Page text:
Upgrade for South Africa’s air defence system
Written by Staff Writer, Friday, 28 March 2014
“The contract was signed some days ago. Including logistics and training services with the complete package scheduled for completion by 2017,” the company, represented in South Africa by Rheinmetall Denel Munitions, with State owned Denel a 49% shareholder, said in a statement.
Among others, the contract will see Oerlikon Skyshield fire control systems being supplied to the SA National Defence Force (SANDF). These, the German company said, will substantially improve the performance and accuracy of the twin-gun systems currently used by the SA Army’s Air Defence Artillery Formation.
A number of guns will be retrofitted with upgrade kits to accommodate Rheinmetall’s state-of-the-art Ahead airburst ammunition.
“The new Skyshield technology will enable the SANDF to protect sensitive installations such as the Houses of Parliament, power plants, stadiums and other critical and civilian assets from a wide array of aerial threats, including asymmetric terrorist-type attacks. Because Skyshield air defence systems can be easily transported they can basically be deployed anywhere depending on the evolving threat situation,” the statement said.
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The value of the contract was not disclosed.
South Africa is no stranger to Oerlikon, having acquired and used the former Oerlikon Contraves in the 1980s for air defence purposes.
The SA Army currently operates twin 35 mm air defence guns acquired from Rheinmetall ancestor company Oerlikon. The landward arm of the SANDF acquired 169 of these guns, along with 75 Superfledermaus fire control units (FCUs) in 1963. In 1990, 48 of these Mark (Mk) I guns were upgraded to Mk V status and the Superfledermaus fire control units replaced by Italian LPD20 radars, according to Engineering News.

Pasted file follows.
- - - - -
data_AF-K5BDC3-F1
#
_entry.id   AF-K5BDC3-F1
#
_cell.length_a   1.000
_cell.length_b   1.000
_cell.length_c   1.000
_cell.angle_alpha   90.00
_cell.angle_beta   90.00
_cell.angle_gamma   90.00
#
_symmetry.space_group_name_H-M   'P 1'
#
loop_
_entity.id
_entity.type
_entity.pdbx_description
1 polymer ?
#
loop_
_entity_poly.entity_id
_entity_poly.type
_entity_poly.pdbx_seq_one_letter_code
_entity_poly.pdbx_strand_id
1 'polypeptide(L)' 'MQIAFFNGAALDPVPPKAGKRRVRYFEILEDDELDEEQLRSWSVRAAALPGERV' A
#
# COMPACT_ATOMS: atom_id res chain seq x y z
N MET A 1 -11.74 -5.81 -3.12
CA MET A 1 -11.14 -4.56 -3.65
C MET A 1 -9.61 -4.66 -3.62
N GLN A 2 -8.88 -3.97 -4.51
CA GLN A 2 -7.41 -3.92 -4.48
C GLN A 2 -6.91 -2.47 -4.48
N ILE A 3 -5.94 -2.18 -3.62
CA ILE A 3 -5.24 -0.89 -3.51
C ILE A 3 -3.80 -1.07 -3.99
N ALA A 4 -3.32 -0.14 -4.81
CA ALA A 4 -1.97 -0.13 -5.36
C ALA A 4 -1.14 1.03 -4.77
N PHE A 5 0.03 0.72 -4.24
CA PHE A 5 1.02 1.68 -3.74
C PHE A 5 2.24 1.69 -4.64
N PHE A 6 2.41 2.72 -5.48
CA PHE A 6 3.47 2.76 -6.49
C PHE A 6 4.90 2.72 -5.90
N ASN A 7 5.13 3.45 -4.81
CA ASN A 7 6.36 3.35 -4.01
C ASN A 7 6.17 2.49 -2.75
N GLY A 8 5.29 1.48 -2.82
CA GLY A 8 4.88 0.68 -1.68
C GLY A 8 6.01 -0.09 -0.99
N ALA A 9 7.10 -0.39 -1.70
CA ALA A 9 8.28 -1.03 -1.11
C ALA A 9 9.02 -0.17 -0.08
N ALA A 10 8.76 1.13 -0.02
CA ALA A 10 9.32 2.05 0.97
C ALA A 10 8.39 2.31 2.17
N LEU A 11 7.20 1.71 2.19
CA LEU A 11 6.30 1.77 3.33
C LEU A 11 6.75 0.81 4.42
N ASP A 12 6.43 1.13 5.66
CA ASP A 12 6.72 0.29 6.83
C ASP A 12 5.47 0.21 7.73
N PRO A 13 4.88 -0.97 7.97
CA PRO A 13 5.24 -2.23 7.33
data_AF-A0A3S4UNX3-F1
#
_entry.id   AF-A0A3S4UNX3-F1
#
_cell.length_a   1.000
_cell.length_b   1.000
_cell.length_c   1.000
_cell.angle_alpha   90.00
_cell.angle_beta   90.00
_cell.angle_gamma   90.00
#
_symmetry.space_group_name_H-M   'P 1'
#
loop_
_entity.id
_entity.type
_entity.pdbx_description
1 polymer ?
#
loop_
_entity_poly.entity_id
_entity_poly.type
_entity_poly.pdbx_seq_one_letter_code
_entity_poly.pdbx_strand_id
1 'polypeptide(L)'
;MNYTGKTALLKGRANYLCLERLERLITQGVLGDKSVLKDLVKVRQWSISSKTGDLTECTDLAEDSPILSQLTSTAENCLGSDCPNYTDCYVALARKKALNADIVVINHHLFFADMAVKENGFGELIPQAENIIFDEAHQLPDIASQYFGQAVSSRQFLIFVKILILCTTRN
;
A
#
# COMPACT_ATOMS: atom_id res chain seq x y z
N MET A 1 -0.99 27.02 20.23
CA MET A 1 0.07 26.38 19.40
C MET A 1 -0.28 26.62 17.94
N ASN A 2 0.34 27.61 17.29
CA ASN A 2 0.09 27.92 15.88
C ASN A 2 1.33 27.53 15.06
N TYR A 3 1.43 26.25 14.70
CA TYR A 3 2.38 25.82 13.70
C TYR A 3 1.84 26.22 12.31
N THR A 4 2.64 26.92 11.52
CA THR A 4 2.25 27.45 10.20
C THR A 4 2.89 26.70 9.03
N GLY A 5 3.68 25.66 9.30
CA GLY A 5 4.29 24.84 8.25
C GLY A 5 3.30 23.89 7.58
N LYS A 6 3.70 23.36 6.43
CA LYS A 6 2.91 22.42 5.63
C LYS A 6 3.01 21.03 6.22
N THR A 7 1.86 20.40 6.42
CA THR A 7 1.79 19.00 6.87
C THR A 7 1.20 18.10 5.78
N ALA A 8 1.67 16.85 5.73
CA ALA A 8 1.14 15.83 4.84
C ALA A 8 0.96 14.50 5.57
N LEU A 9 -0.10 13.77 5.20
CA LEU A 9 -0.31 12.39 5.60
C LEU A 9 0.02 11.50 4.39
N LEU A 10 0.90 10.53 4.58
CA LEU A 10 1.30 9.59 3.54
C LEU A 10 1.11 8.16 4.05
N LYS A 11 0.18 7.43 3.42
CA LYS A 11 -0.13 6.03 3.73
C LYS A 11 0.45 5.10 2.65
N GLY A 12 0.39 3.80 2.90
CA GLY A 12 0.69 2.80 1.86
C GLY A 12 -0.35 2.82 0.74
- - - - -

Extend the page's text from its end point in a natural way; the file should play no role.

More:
Rheinmetall specialises in short range air defence systems, including fire control technology, anti-aircraft guns, integrated guided missile launchers and Ahead airburst ammunition.
An Ahead shell comprises 152 tungsten spin-stabilised sub-projectiles, which, when released, form a cone-shaped metal cloud, placed so the target, whether aircraft, missile or bomb, flies into it and is destroyed. The shells know when to detonate because an electronic timer is programmed, as it leaves the barrel, by an electromagnetic inductor in the gun muzzle. These inductors are fitted to the Mk VII guns.
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